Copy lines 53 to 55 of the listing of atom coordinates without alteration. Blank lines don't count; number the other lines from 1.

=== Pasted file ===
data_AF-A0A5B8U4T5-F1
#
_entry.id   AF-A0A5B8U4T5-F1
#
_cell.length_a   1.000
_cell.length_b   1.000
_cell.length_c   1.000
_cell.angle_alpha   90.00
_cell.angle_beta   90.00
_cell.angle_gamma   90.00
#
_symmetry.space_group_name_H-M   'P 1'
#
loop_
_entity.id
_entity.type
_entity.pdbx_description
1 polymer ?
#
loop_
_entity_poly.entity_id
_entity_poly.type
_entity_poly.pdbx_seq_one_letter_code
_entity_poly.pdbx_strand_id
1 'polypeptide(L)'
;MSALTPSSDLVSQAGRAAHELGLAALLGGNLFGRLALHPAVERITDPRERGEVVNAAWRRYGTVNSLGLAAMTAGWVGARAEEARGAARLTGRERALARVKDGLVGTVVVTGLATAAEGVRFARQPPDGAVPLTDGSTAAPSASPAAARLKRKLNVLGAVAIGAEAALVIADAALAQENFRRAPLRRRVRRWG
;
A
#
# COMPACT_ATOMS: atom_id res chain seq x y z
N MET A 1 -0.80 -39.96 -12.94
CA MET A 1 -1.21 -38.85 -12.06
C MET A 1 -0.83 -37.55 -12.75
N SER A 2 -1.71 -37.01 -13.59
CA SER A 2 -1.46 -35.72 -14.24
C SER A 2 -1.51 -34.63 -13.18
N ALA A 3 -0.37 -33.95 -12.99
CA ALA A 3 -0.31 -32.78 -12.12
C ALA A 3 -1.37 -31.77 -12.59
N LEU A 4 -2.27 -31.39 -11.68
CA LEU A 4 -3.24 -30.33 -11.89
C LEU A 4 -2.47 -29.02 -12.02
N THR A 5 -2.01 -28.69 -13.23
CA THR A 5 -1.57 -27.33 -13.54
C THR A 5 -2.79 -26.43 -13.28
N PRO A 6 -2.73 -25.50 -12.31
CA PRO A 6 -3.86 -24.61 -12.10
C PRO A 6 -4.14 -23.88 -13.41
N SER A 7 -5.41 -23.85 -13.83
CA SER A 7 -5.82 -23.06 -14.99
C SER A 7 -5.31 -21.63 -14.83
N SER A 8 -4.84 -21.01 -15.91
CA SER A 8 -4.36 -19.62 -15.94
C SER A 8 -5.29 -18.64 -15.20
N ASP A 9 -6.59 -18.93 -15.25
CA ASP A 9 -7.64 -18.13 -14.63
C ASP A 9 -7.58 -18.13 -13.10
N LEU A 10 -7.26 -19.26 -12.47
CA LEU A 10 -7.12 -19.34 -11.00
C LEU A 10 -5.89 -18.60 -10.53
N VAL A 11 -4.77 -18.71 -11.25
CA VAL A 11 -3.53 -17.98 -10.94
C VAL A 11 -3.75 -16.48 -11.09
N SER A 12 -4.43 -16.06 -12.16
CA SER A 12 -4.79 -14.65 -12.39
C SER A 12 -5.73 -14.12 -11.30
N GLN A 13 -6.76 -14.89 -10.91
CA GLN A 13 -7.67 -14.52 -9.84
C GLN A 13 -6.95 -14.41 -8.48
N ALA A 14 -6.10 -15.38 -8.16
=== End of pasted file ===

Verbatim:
CA SER A 8 -4.36 -19.62 -15.94
C SER A 8 -5.29 -18.64 -15.20
N ASP A 9 -6.59 -18.93 -15.25